We've heard about all kinds of events from our accounts, including a New England store that is partnering with a local brewery to "put the mug back in Muggle." We're just hoping to have books to give to people. We've heard anecdotally from Scholastic that they've already sold more than twice the 8.5 million copies that they're printing now. We've also been told that the independent stores, which order fewer units, will likely receive their full allotment. We don't know how we'll be affected if there is a shortage. I was really careful about checking my past sales history and placing a realistic order, but we're so worried about having enough books. With something of this scale, no matter what happens, everyone is going to be upset. It's a big experiment and we're counting down the days waiting to see how it's going to go.
Jill Brooks, Anderson's Bookshop, Naperville, Ill.
We'll have a midnight owls party and we won't close the doors until everybody's got their book. We're planning various outdoor activities, weather permitting, and we hope to coordinate on a special menu with the pizza place across the lot from us. We'll have Professor Trelawney in the window telling fortunes and we'll have puzzles, games and handouts, as well as a game to guess the flavors of Bertie Bott's Every Flavor Beans. We're hoping to set up a long roll of butcher paper for kids to write on—their thoughts on the new book or whatever they like—so they can pass the time in line.
For the last book we were afraid we wouldn't have enough copies for those who ordered them. This year we've just started preselling the book, and when people purchase it, they receive a numbered ticket to help establish the line at 11:30 p.m. The line wrapped all the way around the block last time and we know that lines are just not fun, especially for kids. When kids come into the store and show their ticket as proof of purchase, they will automatically be assigned to a [Hogwarts] house and they will win points throughout the night for that house.
Last time it was hard to guess what the demand and sales would be. The volume of people took us by surprise. I think the demand for this book will be stronger, but the number of outlets has increased, too. We're just praying for nice weather. No one wants to stand around in the rain.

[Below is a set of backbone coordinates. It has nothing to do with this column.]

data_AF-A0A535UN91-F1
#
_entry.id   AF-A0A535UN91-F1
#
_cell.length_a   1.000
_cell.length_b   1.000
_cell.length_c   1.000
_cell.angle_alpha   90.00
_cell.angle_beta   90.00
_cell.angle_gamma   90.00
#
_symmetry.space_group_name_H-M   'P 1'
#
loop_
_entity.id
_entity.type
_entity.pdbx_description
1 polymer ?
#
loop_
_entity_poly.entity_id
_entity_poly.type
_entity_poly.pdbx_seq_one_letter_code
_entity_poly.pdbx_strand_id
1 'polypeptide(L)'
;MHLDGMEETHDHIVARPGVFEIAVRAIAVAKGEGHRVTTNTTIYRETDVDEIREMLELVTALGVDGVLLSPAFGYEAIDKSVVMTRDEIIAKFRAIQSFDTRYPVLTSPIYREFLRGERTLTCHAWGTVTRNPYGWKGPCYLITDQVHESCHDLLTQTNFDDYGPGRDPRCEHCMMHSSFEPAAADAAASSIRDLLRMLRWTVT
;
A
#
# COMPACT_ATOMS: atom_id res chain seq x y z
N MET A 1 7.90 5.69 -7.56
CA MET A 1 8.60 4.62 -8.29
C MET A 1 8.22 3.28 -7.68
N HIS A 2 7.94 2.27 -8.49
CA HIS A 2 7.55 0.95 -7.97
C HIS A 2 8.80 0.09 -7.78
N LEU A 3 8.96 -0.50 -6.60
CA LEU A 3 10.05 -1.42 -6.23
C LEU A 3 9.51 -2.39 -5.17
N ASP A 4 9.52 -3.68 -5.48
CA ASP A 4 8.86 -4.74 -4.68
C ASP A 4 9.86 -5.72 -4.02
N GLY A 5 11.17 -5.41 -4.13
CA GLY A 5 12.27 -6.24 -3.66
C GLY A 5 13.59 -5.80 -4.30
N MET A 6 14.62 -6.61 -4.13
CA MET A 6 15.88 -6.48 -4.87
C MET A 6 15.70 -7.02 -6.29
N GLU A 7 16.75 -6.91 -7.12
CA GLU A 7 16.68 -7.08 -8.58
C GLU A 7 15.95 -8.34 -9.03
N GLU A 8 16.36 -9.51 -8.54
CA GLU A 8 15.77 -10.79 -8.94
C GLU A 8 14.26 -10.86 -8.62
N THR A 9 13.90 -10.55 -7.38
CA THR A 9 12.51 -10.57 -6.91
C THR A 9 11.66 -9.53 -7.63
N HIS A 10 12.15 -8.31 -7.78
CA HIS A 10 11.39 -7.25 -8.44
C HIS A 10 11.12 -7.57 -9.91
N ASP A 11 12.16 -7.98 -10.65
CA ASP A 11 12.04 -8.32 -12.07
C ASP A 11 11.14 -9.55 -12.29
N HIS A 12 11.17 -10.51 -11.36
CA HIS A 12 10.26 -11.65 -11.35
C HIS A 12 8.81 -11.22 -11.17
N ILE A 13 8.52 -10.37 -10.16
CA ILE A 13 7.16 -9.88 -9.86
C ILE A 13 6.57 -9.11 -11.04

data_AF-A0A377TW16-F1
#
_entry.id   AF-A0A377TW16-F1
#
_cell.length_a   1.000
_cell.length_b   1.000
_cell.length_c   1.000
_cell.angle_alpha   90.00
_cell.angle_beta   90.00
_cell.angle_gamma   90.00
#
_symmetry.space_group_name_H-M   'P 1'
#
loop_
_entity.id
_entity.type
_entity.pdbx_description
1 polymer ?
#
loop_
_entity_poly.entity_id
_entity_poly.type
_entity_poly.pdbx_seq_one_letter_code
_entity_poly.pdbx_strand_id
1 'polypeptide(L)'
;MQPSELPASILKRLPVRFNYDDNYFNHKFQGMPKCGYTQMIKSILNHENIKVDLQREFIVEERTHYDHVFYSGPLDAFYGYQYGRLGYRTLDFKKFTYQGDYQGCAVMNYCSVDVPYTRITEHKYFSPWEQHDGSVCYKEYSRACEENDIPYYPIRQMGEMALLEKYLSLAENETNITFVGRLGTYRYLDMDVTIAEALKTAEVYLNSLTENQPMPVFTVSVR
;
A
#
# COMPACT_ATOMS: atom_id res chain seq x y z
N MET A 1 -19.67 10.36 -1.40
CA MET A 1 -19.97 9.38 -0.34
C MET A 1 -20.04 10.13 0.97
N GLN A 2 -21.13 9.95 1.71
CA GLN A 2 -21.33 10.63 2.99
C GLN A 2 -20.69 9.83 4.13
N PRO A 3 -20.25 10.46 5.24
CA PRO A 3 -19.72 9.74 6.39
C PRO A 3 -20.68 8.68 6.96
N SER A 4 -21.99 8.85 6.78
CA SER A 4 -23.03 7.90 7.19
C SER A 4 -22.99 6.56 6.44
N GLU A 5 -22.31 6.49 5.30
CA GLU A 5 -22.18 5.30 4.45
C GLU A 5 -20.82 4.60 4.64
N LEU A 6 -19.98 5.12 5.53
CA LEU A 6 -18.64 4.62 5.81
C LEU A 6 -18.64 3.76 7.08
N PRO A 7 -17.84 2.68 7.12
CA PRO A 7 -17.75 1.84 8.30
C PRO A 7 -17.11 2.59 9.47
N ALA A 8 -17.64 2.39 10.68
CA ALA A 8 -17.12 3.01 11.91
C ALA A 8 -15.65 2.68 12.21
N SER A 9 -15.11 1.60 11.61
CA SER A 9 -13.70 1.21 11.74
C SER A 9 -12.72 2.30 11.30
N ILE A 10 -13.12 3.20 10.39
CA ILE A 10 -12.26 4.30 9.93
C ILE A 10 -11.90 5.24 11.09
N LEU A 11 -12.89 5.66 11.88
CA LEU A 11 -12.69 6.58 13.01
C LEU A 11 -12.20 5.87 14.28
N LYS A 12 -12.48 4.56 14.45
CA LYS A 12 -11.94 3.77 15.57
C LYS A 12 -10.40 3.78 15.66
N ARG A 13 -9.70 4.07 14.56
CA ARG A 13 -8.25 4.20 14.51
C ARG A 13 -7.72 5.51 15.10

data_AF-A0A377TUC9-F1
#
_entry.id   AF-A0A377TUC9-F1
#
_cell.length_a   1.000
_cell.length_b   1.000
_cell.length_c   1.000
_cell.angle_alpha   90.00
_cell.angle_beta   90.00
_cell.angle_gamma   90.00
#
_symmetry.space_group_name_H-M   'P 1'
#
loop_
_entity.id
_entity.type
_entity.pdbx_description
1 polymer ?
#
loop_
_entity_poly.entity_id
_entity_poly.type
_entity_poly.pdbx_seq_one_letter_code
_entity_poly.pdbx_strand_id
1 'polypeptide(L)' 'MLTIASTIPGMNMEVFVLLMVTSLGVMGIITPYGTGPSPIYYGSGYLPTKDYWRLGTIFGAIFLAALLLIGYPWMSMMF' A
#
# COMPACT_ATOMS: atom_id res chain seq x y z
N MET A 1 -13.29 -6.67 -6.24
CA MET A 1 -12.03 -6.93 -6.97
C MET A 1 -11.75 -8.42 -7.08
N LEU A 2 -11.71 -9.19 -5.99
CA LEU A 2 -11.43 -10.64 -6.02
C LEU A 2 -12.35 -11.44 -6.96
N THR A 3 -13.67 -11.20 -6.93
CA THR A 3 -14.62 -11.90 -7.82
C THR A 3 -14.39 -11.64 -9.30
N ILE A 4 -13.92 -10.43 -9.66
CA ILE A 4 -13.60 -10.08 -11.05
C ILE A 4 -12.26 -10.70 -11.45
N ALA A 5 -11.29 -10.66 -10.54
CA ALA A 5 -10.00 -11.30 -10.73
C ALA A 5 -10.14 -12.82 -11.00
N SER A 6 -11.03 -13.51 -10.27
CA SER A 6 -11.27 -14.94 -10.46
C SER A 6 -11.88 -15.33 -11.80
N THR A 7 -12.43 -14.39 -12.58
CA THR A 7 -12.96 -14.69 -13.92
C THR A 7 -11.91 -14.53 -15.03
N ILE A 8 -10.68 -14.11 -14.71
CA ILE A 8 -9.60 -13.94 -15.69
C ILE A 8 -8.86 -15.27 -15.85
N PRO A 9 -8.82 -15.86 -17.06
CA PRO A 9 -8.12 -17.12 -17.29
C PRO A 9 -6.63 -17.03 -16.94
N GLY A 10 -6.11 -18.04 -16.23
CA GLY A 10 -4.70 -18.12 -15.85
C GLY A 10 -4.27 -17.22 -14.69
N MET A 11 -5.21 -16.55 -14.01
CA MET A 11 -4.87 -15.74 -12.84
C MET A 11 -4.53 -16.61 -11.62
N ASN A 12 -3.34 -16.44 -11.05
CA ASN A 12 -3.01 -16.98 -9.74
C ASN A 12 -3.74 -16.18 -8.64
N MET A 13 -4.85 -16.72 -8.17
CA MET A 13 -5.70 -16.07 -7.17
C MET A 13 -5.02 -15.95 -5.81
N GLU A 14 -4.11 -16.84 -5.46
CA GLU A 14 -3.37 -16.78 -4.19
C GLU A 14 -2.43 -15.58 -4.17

When I've talked to kids in the store and at schools about the figures for this book—the number of pages, etc.—their eyes get really big. But it doesn't intimidate them, it just seems to fuel their interest. They know that you have to wait so long between books, that the more book, the merrier. Content-wise it's getting more and more out of younger kids' reach. It will appeal to upper elementary, high school and adult readers.
In my opinion, online is our biggest competition right now. Of course, Scholastic has been more of a competitor this time, too. The book being offered through schools will affect us. At book fairs we understand there has been signage saying to take a Harry Potter coupon to a participating bookstore to pick up the book, but we don't really know yet how this is going to work. I haven't heard of real concern about getting books, but that's probably because there are so many locations and copies.
I'm happy that we'll be doing lots of things to celebrate the release, but for most people who come to the event the focus is really the book and being with other Harry Potter fans. Last time, the kids were upbeat throughout, even with the lines, and we're hoping it will be the same way this year.
Susie Zlotnik and Coral Jordan, Yellow Book Road, La Mesa, Calif.
We're opening at 11 p.m. and expecting at least 200 people for our party. We're encouraging kids to dress in Hogwarts colors and we'll be sorting partygoers into the four houses as they come in. We'll have a Jeopardy-style trivia game and a Wizard's Duel in which kids draw numbers for quiz questions and face off against each other. Afterwards everyone gets golden snitch cakes (glazed donut holes) and Bertie Bott's Every Flavor Beans to take home. We're looking forward to it just as much as the kids!